From back to back South Korean films to now back to back tales based on truth involving serial killers, notice a theme thus far to my favorite films from this decade? Yes, I like my dark and ominous thrillers. They just tend to work for me, especially when they are as brilliant as David Fincher's Zodiac


7. The Dark Knight



We stay in the darkness but with a bit more of a fun flair, moving into the superhero sub-genre with The Dark Knight, although really this is just an epic crime drama masked as a comic book movie. Without a doubt the masterpiece of the Nolan Batman trilogy featuring that already pretty iconic performance from the late Heath Ledger. I recall when The Dark Knight was first released there was a lot of "greatest movie of all time" talk associated with it. Unfortunately I can't go that far, but it certainly is one of the finest achievements of its decade.


6. Children of Men


7 years before he won the Oscar for Best Director for his work on Gravity, Alfonso Cuaron gave the world Children of Men and it is a science fiction thriller that works in every possible way. Written, directed and performed with perfection and that glorious photography from Emmanuel "Chivo" Lubezki, this is a movie that literally, and let me stress that word because when I use it, I use it correctly, LITERALLY gave my wife a panic attack as she watched a battle sequence.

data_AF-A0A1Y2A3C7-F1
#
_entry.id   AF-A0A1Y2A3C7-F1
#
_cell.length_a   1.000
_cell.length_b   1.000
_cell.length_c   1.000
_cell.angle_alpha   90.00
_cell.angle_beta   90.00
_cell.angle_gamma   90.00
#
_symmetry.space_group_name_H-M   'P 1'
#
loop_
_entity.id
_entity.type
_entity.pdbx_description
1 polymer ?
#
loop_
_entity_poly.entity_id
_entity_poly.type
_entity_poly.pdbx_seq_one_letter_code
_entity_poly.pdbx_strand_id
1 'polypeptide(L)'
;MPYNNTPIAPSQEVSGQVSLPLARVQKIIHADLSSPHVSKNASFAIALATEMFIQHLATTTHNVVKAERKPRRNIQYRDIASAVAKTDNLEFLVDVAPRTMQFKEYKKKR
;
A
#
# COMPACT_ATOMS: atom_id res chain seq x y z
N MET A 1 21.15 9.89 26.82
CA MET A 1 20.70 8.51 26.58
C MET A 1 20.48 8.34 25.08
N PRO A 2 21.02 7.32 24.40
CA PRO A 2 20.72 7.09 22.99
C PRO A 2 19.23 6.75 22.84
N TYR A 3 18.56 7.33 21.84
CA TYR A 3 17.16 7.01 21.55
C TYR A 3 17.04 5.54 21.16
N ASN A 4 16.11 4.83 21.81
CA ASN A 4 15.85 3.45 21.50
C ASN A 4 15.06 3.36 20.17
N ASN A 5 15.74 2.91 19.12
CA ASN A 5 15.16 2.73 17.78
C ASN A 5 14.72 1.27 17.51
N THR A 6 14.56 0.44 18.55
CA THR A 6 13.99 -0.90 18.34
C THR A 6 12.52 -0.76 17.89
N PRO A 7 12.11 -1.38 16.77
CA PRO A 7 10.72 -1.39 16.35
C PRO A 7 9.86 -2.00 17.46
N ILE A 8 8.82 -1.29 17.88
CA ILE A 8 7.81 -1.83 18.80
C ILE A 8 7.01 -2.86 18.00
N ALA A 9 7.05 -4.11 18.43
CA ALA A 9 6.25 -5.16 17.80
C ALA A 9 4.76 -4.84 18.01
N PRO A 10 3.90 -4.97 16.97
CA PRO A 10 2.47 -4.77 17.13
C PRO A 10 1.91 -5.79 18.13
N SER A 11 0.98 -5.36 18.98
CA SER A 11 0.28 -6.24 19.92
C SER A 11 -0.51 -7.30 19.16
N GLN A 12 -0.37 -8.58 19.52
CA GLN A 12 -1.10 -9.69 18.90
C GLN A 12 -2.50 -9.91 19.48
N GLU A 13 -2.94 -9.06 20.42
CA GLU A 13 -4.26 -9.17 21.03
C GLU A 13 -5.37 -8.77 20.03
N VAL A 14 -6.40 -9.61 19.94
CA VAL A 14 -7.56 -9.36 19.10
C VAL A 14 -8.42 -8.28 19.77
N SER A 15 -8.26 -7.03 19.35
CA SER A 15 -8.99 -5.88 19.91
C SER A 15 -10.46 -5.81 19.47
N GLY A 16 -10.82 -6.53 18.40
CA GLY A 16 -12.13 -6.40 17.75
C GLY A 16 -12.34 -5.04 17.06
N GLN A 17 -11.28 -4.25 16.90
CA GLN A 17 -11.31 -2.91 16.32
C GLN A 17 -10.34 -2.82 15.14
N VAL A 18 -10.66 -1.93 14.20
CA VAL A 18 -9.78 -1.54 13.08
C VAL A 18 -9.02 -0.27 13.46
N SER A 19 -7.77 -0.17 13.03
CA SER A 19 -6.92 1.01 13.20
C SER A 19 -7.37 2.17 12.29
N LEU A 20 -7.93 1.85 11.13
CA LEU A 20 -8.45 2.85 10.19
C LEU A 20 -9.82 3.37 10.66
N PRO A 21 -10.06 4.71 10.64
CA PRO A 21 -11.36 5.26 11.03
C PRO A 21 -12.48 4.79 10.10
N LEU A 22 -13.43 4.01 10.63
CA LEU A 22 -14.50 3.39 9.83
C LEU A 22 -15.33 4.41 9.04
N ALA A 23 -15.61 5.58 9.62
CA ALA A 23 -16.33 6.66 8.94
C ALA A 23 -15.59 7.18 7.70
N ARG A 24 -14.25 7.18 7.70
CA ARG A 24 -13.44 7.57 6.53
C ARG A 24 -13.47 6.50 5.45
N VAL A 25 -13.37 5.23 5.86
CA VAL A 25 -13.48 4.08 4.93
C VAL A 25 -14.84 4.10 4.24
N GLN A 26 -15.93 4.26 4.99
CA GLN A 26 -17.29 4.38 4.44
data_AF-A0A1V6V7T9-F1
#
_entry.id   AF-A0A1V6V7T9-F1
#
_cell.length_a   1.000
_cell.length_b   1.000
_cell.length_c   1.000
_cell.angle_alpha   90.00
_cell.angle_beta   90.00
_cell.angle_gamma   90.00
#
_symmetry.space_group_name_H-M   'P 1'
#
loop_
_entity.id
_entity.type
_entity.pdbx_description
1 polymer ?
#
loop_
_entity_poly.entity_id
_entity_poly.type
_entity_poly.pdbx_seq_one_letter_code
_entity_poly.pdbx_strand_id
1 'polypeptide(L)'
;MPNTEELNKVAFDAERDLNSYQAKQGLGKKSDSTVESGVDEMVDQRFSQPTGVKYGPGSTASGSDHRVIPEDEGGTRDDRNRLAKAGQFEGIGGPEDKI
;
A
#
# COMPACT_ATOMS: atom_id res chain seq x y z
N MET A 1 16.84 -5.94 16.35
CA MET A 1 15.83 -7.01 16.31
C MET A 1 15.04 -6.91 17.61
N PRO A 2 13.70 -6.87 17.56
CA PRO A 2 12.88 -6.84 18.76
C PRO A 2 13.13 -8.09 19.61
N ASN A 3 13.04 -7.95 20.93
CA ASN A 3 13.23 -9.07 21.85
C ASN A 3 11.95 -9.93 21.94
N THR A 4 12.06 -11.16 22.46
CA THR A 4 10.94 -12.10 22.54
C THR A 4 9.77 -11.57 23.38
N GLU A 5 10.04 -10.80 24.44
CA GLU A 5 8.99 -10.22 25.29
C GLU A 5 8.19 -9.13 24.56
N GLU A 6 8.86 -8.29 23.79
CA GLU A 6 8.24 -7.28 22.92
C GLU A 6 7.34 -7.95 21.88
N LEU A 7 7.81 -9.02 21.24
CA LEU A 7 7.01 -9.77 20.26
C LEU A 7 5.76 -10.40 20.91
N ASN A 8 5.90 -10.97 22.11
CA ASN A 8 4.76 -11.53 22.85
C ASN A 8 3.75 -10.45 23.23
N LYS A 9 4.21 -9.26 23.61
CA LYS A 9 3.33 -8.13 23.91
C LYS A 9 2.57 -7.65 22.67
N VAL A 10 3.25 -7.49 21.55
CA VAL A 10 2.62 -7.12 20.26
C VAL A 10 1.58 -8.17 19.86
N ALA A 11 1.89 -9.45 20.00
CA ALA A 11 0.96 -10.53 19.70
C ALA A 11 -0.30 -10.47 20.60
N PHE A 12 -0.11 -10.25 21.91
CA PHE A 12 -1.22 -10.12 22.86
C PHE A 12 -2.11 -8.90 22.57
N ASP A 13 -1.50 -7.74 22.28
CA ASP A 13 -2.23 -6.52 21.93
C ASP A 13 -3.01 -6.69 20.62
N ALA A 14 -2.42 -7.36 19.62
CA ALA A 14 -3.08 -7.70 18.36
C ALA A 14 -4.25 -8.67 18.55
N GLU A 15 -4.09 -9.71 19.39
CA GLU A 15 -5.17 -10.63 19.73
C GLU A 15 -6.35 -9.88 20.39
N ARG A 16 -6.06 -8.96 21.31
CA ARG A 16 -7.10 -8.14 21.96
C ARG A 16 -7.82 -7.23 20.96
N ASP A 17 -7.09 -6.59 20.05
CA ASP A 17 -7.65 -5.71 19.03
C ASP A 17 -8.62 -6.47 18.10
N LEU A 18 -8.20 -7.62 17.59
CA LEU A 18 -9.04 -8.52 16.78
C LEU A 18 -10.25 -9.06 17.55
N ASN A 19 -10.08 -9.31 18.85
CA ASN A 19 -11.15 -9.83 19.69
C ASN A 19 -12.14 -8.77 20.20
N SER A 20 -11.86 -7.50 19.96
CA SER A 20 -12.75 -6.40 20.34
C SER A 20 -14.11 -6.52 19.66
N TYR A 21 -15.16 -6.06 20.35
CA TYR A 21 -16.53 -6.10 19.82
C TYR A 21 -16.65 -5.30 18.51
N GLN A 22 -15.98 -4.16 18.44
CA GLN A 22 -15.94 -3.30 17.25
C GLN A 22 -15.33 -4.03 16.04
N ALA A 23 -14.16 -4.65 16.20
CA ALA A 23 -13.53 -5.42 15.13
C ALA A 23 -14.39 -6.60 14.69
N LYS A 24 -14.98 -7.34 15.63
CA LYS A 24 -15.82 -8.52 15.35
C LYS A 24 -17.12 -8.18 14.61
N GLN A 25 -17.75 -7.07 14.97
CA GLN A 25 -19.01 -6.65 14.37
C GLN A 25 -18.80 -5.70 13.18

5. The Lord of the Rings: The Fellowship of the Ring



This is the moment where people think, oh okay, so three of the top five will be the Lord of the Rings trilogy. No, you may be surprised when one, probably considered the greatest installment by the majority is actually left off the list. The Fellowship of the Ring, however, is a totally worthy epic fantasy adventure, and the trilogy as a whole I revisit every single year when fall rolls around and the weather outside gets brisk. It just feels right.


4. Spirited Away



The attention to detail from Hayao Miyazaki in Spirited Away is breathtaking, arguably not only the defining masterpiece from Studio Ghibli but also in the history of animated cinema. Magical, mystical, haunting and beautiful, You might see this and think, but I can't watch animated movies anymore. I'm an adult. Nonsense. The craft of a Miyazaki should be admired by people of all ages.